Living in a city with poor air quality can have immense effects on your health. Air pollution can increase a person’s risk of asthma, emphysema, and chronic respiratory disease. Long-term health problems can also occur when living in a polluted environment that contains hazardous chemicals and poisons in the air.
Chances of developing heart disease, liver and kidney damage, as well lung cancer, increase daily when you continuously breathe in toxins. We’ve compiled a list of the cities with the worst air quality in the world, and the harmful side effects their citizens develop.
Tianying, China’s air is polluted with lead concentration as a result of illegal mining. 140,000 people inhale the dust and lead toxins on a daily basis, which causes severe cases of lead poisoning in the city. Residents reportedly suffer from hearing and visual problems, stomach aches, colon impairment, and kidney malfunction. Long-term health effects on the brain include acquired learning disabilities, shortened attention spans, and hyperactivity.
Chernobyl experienced the world’s most devastating nuclear disaster in 1986 when a nearby power plant melted a powerful reactor. The amount of radiation that filled the air has made it impossible to live within a 19 mile radius of the ghost town. The chemical particles present in the air quality include uranium, plutonium, and cesium-137. Since the accident, more than 4,000 cases of thyroid cancer have been found in children and young adults. Residents in the surrounding areas of Belarus, Ukraine and Russia are still breathing the dangerous air quality, risking skin lesions, respiratory disease and birth defects.
Mongolia’s capital contains an air quality of six-seven times higher than international health standards. The city’s residents are most likely to contract a respiratory illness from breathing in the toxins from wood and coal burning, local power plants, and dust from the desert. A surplus of unfamiliar diseases are developing from the combination of the air’s chemicals, motivating environmental stress in the troubled region. The government of Mongolia has received a $45 million donation from the World Bank to clean up its city, but a change in lifestyle is also necessary to keep Ulaanbaatar clean.
The World Health Organization has ranked Delhi’s air quality the worst in the world. The air pollution in India’s capital kills around 1.5 million people each year, with the most frequent cause of death being chronic respiratory disease. Vehicular pollution is reported to be the main cause of the city’s poor air quality, alongside burning garage and the use of diesel generators. The polluted air increases the chance of autism, epilepsy, and diabetes in developing children, and early death for adults.
Louisville, Kentucky harbors hot summer air and power plant chemicals in its valley. The southern city is plagued with excess carbon monoxide from vehicular use and toxic waste from the power plants. Local residents are at risk of developing lung disease and asthma, and increase their chances of heart attacks and strokes. The Lung Association in Kentucky is working to implement a clean-up plan that will cut the waste extracted from power plants and reduce immediate health concerns.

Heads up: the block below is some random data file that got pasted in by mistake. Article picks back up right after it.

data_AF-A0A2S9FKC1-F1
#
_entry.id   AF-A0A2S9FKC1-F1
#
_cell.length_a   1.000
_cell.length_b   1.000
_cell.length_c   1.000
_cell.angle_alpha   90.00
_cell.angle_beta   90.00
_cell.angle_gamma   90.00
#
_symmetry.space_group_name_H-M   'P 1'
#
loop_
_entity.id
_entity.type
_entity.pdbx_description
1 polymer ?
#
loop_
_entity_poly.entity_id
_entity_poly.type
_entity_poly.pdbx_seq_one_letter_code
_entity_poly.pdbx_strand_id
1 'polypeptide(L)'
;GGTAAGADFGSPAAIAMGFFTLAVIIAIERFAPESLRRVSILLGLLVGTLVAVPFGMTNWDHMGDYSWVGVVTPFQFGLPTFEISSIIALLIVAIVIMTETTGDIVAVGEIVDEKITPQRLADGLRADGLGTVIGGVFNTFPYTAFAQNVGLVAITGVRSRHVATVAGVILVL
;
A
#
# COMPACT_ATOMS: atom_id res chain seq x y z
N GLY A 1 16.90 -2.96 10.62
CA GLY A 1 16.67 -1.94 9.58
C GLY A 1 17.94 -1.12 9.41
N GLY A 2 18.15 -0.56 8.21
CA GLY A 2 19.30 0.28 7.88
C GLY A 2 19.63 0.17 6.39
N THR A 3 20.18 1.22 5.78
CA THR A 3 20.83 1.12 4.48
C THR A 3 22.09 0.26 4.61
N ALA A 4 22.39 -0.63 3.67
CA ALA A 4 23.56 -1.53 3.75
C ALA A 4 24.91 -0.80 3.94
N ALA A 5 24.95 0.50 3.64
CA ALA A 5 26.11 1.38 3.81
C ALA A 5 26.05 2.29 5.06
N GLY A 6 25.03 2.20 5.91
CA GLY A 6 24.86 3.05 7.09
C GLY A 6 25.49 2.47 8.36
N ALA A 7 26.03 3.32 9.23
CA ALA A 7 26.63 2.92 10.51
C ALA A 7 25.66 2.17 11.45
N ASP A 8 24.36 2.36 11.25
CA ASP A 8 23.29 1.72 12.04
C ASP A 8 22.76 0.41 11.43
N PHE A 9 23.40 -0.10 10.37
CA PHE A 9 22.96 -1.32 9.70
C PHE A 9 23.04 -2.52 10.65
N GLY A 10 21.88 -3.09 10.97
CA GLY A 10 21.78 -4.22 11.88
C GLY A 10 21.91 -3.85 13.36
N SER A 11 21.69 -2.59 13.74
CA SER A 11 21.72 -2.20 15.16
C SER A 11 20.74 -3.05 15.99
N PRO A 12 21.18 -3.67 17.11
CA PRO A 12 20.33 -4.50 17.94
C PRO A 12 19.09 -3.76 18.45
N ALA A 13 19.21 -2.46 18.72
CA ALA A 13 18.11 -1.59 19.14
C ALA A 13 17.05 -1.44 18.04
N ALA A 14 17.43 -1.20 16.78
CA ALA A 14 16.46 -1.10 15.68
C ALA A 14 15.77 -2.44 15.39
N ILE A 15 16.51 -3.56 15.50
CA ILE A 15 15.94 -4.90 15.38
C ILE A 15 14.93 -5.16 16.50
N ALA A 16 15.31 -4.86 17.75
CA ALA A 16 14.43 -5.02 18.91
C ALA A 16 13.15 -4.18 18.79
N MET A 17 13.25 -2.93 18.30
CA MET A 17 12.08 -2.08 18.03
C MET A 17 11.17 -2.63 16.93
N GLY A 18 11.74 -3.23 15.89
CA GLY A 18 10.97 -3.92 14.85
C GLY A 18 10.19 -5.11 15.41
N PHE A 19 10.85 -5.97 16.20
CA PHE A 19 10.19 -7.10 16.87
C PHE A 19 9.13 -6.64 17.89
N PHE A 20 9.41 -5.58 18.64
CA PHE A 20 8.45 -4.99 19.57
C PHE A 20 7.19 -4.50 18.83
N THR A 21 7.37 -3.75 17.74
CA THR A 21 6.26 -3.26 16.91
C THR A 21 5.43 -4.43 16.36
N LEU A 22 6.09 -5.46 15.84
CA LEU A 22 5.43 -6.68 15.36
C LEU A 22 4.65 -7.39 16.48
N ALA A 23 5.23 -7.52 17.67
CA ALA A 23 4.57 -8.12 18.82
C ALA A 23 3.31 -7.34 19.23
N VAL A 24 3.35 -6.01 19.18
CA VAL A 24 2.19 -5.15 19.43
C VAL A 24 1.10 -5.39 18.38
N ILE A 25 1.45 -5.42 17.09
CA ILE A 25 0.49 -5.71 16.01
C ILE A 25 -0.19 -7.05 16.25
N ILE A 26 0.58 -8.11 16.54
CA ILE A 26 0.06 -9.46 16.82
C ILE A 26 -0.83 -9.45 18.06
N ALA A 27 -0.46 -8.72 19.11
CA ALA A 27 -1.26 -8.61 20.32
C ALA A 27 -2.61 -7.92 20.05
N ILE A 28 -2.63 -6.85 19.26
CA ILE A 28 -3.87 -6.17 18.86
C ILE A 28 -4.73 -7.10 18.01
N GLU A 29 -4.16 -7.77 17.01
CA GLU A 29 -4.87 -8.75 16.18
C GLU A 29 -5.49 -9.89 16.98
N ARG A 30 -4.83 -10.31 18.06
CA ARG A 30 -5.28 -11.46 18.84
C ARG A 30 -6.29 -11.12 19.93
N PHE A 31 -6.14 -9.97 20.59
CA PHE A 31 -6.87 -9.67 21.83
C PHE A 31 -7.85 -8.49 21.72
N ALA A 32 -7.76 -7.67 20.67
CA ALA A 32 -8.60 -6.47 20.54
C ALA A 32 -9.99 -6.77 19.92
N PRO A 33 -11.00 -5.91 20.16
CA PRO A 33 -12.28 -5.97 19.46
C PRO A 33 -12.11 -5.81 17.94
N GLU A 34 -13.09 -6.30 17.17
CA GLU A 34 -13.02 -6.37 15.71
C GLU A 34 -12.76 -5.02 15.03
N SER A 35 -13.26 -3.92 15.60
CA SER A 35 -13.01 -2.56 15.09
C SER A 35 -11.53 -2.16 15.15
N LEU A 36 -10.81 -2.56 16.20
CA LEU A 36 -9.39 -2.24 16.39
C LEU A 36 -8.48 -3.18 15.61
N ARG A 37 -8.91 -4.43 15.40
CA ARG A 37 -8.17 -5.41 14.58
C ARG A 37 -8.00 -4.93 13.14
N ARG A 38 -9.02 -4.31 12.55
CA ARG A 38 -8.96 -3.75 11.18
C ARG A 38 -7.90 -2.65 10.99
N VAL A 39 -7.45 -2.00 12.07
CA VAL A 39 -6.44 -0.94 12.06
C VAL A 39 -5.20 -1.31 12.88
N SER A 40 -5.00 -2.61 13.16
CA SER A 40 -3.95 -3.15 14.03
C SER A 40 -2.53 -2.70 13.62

Norilsk, Russia is suffering from an epidemic of polluted air. The residents of the industrial city are breathing in sulfur dioxide, nickel, cobalt, copper, lead and selenium. The city is the most polluted area in Russia, with a 15% mortality rate amongst children with respiratory diseases. Living in Norilsk poses other health risks such as pregnancy complications, digestive disorders, and lung cancer.
Los Angeles, California
Los Angeles’ air quality is the worst in the United States. The air is polluted with vehicle fumes largely due to heavy traffic, and the trade port expels toxic waste and dust that contaminate breathing particles. The Environmental Protection Agency has concluded that most life-threatening health risks to look out for are reproductive harm, cancer, cardiovascular harm, respiratory impairment an damage to the central nervous system. The city struggles to reduce their level of air pollution, but has made notable strides to better the quality of air in the last two decades.
Kanpur, India maintains its poor air quality through the use of commercial vehicles, domestic cooking, and industrial sector services. Open burning and the use of natural gas are also contributing factors to polluted air, therefore the government has banned these activities to reduce harmful effects on resident’s health. Raised blood pressure, risk of heart attack, and respiratory tract infections are directly linked to breathing the air in Kanpur. At the moment, there is no official plan for clean-up or waste management
London’s sparkling reputation is tarnished by its air quality. The air is contaminated with NO-2 gas particles that come from diesel engines, vehicle exhaust, construction sites and heating systems. 9,500 people die annually because of the pollution in England’s greatest city, and the alternative health effects are always lifelong
Kabwe, Zambia once housed a mining and smelting base, which had polluted the air quality to destructive levels. The base ceased operation 1994, leaving the city’s air contaminated with lead and cadmium poisoning. About 300,000 residents are affected by the toxins, majority of them being children. The highest health risks in Kabwe are respiratory illness, lead poisoning and raised blood levels. Currently, the Zambia Copper belt Environmental Project has been donated $40 million, and is working on cleaning up the waste polluting the area.